Parameters and local variables are allocated on the stack (with reference types, the object lives on the heap and a variable in the stack references that object on the heap). The stack typically lives at the upper end of your address space and as it is used up it heads towards the bottom of the address space (i.e. towards zero).
Your process also has a heap, which lives at the bottom end of your process. As you allocate memory, this heap can grow towards the upper end of your address space. As you can see, there is a potential for the heap to “collide” with the stack (a bit like tectonic plates!!!).
The common cause for a stack overflow is a bad recursive call. Typically, this is caused when your recursive functions doesn’t have the correct termination condition, so it ends up calling itself forever. Or when the termination condition is fine, it can be caused by requiring too many recursive calls before fulfilling it.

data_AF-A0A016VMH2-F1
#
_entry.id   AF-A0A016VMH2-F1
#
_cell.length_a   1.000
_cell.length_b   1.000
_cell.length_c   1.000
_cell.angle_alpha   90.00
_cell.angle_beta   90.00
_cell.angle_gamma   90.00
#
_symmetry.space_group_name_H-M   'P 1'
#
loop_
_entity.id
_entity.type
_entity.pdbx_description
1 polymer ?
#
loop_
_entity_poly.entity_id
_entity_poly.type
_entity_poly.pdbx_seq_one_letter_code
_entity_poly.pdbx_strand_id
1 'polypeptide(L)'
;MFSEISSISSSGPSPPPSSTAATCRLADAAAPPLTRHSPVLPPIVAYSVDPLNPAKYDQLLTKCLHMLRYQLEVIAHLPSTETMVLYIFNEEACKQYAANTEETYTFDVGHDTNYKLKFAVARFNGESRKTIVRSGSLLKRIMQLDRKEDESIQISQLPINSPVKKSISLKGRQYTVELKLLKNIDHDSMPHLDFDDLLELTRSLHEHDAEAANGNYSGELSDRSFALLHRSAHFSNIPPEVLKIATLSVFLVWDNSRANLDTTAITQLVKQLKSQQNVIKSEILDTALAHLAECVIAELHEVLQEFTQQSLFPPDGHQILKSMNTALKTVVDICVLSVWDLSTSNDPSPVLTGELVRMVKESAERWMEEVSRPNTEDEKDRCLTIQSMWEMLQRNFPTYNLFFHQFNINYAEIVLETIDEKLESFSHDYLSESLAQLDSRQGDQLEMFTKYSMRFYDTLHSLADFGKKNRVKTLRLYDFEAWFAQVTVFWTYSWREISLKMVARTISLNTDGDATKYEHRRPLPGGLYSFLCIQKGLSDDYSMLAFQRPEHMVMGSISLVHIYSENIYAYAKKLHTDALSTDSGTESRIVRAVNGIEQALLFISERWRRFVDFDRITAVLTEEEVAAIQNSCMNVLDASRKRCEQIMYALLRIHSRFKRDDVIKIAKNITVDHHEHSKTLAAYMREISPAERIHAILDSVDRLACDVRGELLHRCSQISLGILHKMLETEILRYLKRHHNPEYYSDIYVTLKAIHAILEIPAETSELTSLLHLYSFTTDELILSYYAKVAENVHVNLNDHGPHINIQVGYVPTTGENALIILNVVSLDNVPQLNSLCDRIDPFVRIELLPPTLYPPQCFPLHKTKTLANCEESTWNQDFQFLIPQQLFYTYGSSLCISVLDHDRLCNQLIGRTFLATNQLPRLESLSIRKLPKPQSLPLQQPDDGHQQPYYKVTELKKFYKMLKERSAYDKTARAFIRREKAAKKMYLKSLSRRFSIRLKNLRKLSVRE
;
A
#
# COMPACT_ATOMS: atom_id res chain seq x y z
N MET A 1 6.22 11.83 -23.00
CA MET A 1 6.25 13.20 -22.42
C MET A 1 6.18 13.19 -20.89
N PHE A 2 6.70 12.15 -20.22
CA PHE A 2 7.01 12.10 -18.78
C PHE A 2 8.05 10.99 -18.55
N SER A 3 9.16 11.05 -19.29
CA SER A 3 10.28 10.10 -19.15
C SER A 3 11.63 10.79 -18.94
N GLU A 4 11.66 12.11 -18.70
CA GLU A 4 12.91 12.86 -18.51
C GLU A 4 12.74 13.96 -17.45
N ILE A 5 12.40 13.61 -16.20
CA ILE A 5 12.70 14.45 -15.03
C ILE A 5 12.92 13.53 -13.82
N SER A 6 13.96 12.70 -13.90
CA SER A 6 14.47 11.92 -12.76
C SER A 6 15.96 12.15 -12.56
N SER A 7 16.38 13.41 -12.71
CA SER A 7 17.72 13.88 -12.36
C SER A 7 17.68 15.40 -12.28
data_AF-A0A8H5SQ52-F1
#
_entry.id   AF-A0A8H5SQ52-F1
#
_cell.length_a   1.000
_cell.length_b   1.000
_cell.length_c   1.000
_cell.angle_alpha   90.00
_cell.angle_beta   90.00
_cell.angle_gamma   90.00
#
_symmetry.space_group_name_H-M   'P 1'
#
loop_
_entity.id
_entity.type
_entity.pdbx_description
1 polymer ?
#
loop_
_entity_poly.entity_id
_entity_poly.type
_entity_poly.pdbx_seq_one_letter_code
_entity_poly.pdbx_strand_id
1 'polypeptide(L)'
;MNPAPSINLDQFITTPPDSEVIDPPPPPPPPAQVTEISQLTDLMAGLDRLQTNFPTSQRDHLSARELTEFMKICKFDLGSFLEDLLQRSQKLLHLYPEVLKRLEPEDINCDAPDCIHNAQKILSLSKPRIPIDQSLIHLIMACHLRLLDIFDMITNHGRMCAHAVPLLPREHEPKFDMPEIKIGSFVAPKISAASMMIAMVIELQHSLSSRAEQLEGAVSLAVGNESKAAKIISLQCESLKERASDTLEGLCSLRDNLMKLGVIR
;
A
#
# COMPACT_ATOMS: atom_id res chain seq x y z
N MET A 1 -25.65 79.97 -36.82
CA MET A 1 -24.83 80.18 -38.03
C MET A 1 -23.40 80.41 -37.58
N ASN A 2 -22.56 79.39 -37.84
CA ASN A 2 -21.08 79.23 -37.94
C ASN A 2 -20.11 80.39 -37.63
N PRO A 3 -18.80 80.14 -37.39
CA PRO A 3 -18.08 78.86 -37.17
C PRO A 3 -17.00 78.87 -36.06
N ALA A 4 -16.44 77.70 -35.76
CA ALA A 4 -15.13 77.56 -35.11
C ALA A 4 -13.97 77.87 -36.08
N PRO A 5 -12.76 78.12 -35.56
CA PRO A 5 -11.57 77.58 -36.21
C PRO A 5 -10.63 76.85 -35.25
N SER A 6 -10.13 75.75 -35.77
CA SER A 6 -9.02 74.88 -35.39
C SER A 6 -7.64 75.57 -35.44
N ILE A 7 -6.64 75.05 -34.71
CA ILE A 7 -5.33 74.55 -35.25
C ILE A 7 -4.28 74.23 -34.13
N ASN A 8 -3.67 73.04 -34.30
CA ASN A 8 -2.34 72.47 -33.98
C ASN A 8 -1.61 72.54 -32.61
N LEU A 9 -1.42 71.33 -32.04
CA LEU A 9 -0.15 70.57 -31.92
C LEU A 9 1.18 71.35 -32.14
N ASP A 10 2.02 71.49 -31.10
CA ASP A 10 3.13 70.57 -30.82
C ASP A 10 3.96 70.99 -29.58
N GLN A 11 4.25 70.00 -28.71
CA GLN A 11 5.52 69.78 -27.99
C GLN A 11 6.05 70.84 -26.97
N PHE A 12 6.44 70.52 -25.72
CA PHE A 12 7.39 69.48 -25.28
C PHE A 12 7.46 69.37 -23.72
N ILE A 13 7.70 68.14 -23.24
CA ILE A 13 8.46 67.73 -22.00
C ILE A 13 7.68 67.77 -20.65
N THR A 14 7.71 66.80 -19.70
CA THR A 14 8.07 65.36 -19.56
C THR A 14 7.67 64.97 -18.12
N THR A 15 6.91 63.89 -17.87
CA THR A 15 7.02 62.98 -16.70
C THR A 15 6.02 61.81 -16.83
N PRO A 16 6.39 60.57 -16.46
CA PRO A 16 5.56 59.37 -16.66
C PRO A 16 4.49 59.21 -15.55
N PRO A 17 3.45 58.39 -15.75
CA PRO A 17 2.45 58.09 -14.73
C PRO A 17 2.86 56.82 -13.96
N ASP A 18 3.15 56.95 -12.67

However, with GUI programming, it’s possible to generate indirect recursion. For example, your app may be handling paint messages, and, whilst processing them, it may call a function that causes the system to send another paint message. Here you’ve not explicitly called yourself, but the OS/VM has done it for you.
To deal with them, you’ll need to examine your code. If you’ve got functions that call themselves then check that you’ve got a terminating condition. If you have, then check that when calling the function you have at least modified one of the arguments, otherwise there’ll be no visible change for the recursively called function and the terminating condition is useless. Also mind that your stack space can run out of memory before reaching a valid terminating condition, thus make sure your method can handle input values requiring more recursive calls.
If you’ve got no obvious recursive functions then check to see if you’re calling any library functions that indirectly will cause your function to be called (like the implicit case above).